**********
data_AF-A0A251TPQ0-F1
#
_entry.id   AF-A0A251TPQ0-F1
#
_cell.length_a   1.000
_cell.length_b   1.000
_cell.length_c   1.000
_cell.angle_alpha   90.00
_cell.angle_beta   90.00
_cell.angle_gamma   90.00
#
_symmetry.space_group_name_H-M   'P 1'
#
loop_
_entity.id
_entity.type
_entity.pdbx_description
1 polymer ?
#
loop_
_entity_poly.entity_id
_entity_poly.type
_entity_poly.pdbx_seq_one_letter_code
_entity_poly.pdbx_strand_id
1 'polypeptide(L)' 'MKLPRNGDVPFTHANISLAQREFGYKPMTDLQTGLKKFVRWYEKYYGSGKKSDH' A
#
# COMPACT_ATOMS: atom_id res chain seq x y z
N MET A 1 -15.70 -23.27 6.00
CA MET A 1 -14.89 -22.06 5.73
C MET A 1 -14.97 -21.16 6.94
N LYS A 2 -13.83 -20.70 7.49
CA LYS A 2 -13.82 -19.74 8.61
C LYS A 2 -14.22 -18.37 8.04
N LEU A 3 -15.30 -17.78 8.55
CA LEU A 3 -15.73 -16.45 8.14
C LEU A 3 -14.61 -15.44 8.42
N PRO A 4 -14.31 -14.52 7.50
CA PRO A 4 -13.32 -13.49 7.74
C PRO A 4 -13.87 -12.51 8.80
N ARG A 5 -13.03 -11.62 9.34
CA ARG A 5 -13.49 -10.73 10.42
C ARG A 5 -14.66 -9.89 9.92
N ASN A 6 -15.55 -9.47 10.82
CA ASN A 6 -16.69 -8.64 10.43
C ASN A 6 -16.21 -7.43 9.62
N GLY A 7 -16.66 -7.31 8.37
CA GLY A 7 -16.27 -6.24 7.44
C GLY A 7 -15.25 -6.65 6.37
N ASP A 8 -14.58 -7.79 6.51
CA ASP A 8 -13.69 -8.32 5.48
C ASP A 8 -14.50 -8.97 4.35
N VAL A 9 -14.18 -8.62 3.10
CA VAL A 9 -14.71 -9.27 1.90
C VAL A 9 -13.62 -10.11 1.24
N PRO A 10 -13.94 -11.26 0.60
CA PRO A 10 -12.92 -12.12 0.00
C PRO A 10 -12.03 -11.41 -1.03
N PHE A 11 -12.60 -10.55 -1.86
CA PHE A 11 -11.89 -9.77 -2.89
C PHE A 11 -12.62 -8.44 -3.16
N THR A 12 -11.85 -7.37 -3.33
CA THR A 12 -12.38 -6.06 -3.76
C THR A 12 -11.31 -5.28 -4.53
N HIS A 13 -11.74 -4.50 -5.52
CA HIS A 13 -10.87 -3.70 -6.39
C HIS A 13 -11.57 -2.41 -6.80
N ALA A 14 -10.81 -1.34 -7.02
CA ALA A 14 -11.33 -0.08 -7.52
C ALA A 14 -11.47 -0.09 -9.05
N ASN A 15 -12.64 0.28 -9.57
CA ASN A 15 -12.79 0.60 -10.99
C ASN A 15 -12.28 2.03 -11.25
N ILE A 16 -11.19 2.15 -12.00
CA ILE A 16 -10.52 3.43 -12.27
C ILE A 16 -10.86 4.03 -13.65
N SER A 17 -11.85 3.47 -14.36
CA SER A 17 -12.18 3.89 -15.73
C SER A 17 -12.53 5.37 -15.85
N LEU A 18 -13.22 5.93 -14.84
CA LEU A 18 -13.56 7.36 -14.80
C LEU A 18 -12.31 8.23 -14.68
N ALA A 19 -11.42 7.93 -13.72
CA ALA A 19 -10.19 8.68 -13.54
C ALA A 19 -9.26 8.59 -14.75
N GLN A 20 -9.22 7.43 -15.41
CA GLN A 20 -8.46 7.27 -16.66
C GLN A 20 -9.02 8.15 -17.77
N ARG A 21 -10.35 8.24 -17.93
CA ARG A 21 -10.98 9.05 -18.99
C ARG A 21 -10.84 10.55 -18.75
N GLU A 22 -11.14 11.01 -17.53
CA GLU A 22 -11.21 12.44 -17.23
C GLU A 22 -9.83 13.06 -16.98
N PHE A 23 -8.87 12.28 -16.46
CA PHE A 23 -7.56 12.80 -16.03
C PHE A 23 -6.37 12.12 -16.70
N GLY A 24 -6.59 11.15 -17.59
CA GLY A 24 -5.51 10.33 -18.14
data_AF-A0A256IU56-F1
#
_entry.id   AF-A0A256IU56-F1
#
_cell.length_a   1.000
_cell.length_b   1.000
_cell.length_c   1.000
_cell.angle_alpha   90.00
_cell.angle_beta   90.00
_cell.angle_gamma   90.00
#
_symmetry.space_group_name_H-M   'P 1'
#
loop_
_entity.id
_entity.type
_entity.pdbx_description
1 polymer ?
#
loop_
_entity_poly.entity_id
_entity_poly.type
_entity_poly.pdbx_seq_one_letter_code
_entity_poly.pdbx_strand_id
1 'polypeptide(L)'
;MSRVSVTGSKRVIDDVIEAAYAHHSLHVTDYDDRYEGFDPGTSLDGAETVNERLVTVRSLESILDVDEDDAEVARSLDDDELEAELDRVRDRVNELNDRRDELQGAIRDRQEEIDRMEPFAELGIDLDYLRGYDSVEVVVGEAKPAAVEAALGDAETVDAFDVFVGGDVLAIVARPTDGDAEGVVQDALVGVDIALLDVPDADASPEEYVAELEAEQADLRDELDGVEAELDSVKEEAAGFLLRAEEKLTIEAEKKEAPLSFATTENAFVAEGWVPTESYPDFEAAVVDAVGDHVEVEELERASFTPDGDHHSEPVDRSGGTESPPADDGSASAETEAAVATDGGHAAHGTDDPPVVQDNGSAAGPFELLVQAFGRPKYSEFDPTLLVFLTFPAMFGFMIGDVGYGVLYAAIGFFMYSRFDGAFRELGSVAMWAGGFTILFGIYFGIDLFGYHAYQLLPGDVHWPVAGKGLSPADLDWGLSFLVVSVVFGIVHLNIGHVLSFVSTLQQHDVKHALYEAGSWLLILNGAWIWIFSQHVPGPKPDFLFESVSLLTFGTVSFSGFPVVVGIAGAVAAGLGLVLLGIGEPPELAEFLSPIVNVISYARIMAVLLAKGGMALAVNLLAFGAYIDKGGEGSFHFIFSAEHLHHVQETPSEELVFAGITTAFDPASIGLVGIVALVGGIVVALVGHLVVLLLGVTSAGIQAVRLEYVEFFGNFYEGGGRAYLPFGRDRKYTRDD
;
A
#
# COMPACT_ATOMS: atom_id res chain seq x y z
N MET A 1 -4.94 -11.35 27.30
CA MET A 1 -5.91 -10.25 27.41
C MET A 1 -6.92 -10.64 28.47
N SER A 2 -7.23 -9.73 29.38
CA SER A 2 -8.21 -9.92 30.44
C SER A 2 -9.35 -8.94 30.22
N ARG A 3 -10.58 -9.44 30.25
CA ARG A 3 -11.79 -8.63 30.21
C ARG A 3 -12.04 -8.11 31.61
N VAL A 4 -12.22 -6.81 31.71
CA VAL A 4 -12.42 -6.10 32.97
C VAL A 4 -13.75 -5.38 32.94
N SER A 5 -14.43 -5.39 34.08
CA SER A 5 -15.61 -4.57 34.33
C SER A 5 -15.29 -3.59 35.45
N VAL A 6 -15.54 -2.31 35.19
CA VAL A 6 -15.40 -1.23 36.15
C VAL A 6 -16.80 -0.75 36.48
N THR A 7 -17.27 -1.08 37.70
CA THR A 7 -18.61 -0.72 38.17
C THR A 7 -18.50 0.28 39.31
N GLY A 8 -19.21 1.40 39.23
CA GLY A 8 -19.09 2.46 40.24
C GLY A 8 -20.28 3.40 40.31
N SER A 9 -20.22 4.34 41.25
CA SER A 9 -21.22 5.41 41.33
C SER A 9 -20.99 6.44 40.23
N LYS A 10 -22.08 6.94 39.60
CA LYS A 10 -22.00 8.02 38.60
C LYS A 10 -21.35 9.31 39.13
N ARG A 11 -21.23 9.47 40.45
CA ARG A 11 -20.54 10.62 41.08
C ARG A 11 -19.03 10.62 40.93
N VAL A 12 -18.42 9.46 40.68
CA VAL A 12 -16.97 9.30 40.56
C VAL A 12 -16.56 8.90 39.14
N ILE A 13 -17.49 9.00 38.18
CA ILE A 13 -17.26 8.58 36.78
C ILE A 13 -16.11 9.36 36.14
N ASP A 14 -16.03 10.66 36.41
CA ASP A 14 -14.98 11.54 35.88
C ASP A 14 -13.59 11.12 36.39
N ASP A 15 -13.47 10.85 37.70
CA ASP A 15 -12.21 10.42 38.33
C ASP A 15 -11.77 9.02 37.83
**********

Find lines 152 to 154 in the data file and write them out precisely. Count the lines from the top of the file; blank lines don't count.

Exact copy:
C GLY A 8 -20.28 3.40 40.31
N SER A 9 -20.22 4.34 41.25
CA SER A 9 -21.22 5.41 41.33